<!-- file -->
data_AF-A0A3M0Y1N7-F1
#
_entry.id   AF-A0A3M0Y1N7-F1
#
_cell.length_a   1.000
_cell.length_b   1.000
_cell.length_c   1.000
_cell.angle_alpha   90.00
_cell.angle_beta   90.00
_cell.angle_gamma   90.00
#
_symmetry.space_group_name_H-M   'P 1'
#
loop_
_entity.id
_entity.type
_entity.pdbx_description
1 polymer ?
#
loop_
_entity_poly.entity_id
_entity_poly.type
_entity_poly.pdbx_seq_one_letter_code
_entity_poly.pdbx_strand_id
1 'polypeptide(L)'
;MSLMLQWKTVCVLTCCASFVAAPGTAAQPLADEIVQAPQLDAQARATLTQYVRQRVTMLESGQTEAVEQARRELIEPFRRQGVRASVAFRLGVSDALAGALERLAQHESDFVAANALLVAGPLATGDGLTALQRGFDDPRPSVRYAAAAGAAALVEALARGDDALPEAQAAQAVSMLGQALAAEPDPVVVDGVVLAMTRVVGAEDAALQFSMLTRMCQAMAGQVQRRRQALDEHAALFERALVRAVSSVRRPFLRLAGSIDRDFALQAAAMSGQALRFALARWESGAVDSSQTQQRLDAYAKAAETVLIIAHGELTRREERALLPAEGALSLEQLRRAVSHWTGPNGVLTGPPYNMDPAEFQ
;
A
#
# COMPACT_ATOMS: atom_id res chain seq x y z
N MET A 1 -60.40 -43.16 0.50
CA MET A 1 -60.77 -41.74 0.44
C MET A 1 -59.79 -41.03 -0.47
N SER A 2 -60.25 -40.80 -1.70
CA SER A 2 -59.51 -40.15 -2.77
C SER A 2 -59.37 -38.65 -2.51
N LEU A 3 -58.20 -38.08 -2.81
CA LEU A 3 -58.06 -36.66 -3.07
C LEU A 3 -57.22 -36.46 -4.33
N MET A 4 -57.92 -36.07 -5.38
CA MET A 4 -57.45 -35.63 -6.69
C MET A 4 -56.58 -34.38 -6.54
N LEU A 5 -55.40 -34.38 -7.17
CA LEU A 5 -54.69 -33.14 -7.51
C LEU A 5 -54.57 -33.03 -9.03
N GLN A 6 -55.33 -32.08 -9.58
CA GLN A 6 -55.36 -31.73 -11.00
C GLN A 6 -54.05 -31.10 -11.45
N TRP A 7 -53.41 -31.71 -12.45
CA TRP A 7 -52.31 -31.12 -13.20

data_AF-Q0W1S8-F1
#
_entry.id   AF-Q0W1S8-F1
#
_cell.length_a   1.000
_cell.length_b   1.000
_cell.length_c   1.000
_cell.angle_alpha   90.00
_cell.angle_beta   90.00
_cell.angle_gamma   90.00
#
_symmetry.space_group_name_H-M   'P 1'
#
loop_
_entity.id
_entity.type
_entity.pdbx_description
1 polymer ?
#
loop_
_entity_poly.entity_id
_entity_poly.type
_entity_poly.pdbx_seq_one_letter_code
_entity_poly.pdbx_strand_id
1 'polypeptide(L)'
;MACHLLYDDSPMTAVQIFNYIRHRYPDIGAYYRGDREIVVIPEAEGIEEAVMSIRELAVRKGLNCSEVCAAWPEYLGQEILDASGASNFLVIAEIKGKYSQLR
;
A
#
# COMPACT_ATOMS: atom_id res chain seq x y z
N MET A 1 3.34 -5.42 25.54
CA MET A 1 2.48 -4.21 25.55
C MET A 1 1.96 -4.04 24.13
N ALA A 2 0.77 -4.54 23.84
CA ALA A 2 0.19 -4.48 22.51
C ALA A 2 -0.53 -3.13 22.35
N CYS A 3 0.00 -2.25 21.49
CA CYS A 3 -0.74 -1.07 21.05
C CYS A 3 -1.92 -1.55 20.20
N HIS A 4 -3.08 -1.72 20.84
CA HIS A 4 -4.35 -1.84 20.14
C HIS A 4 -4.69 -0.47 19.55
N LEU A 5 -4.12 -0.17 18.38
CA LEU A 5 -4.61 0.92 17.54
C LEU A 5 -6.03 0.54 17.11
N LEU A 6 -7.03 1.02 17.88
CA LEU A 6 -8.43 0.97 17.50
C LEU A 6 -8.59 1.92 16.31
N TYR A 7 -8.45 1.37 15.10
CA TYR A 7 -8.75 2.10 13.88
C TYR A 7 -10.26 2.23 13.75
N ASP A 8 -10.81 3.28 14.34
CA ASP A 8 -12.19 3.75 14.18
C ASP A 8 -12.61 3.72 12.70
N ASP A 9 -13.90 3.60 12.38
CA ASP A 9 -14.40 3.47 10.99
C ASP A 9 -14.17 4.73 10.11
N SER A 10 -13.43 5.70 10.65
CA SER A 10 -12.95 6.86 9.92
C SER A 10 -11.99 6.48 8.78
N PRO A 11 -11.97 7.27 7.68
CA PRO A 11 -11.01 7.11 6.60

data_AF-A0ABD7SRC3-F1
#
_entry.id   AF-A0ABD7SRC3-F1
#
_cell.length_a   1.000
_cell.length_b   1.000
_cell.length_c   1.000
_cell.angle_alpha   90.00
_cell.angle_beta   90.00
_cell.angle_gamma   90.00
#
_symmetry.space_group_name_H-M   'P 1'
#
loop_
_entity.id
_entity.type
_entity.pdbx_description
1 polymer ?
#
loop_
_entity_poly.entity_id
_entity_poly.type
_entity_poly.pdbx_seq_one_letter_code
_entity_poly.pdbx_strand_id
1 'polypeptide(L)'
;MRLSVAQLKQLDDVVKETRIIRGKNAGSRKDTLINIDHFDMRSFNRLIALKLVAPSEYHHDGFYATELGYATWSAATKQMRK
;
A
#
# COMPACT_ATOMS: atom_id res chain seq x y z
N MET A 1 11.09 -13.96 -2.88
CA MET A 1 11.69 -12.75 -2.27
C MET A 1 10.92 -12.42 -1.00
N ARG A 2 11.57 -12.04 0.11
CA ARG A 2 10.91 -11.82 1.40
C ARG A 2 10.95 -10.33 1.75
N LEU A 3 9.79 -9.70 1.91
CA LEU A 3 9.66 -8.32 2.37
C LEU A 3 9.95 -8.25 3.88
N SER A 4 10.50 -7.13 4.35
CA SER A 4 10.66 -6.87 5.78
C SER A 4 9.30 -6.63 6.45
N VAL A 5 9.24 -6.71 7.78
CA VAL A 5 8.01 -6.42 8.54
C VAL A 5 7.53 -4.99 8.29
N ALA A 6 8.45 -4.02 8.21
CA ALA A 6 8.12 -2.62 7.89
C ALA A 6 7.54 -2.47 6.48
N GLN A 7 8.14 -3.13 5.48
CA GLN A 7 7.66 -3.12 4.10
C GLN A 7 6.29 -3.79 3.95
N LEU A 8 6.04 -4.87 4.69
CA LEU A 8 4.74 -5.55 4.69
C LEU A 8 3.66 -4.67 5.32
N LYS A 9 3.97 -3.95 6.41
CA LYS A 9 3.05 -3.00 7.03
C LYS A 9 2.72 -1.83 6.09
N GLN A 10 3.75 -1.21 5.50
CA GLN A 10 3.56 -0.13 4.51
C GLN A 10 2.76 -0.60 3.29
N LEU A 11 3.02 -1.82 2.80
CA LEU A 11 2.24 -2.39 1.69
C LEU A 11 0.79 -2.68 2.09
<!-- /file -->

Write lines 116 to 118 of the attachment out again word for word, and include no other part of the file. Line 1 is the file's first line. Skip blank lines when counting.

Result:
#
_cell.length_a   1.000
_cell.length_b   1.000